Here’s the preference recommendation summary in key seats.
Read More »SA Election Preference Recommendations

Analysis of Preference Flows at the Upper Hunter By-election

The NSW Upper Hunter by-election on 22 May was notable for the unusually low first preference vote for the two major parties. The Nationals polled 31.2%, Labor 21.2%, with the combined vote for the other 11 candidates an unusually high 47.6%.

The by-election was conducted under NSW’s optional preferential voting rules and 63.4% of other candidate ballot papers exhausted their preferences before reaching one of the final two candidates. At the end of the count, exhausted ballot papers represented 30.2% of the first preference vote.

With ballot paper data from the by-election now published, it is possible to examine more closely the two-party preferred flows of preferences from excluded candidates, to determine how many preferences voters completed, and to measure the influence of how-to-vote recommendations on preference flows.Read More »Analysis of Preference Flows at the Upper Hunter By-election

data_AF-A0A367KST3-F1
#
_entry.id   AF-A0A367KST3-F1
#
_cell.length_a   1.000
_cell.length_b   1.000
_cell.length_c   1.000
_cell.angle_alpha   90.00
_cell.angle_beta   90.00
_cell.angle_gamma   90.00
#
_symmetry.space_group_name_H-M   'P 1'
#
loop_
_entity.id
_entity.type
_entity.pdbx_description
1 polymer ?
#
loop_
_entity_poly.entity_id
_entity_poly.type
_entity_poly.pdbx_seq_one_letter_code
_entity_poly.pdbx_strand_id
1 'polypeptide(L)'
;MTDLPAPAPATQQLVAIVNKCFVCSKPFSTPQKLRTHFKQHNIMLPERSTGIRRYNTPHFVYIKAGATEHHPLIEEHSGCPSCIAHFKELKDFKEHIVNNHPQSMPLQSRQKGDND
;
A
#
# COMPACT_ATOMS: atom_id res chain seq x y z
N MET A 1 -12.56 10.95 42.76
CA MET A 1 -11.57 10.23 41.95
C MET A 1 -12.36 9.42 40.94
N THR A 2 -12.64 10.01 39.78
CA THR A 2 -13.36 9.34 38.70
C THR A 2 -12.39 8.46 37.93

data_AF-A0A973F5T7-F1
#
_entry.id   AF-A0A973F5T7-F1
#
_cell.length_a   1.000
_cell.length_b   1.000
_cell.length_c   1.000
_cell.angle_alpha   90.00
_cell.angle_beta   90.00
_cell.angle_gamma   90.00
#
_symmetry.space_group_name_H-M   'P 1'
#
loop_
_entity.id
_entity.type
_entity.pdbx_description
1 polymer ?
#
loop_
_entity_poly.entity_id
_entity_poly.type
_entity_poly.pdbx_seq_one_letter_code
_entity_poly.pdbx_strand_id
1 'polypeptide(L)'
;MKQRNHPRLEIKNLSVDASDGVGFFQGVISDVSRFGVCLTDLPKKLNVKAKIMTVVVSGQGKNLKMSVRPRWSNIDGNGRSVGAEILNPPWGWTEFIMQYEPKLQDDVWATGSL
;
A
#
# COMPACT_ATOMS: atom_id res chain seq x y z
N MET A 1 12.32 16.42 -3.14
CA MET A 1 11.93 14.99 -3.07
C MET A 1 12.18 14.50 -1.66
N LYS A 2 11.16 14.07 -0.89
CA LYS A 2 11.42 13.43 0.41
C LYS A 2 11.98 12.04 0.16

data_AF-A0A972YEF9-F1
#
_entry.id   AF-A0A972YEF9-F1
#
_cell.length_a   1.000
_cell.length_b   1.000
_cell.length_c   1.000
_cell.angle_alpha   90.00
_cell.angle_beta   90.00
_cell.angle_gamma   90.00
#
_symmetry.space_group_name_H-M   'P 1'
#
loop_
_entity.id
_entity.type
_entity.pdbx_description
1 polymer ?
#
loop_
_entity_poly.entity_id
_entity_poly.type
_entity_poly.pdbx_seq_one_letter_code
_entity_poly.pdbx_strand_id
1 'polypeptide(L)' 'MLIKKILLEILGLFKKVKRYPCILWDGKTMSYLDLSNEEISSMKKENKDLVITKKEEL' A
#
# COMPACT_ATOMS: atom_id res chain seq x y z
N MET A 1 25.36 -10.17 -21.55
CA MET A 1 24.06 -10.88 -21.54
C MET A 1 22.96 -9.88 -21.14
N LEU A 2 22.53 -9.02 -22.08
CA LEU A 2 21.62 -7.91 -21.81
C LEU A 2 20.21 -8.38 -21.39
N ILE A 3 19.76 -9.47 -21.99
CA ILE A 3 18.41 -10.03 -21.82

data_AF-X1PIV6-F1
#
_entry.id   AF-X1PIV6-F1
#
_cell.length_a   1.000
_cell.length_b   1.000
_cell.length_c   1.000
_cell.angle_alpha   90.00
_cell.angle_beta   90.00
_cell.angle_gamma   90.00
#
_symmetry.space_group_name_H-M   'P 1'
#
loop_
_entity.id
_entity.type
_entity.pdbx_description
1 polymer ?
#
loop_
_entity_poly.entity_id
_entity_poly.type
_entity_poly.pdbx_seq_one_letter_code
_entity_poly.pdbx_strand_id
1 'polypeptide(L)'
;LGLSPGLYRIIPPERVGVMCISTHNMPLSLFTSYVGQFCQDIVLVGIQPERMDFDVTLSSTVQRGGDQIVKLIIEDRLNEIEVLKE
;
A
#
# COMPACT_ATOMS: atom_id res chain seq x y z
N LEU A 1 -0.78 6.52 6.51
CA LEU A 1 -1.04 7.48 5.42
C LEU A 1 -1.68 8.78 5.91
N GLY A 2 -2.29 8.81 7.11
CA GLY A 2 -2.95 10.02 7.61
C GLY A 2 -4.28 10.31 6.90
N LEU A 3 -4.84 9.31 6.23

Preference Flows at the 2018 South Australian Election and the Influence of How-to-Votes

The 2018 South Australian election saw a record vote for minor parties. This was largely due to the campaign by Nick Xenophon and his SA-Best party, polling 14.2% in the House of Assembly, a creditable 18.4% in the 26 seats it contested. The failure of the party to poll as strongly as published polling well out from the election suggested, or to elect a member to the Assembly, saw its campaign labelled a failure by political commentators.

In the end the party was used by voters as a conduit for preferences to the Liberal and Labor Parties. As you would expect for a party viewed by voters as sitting in the political centre, the party’s preferences split evenly, 51.6% to the Liberal Party and 48.4% to labor.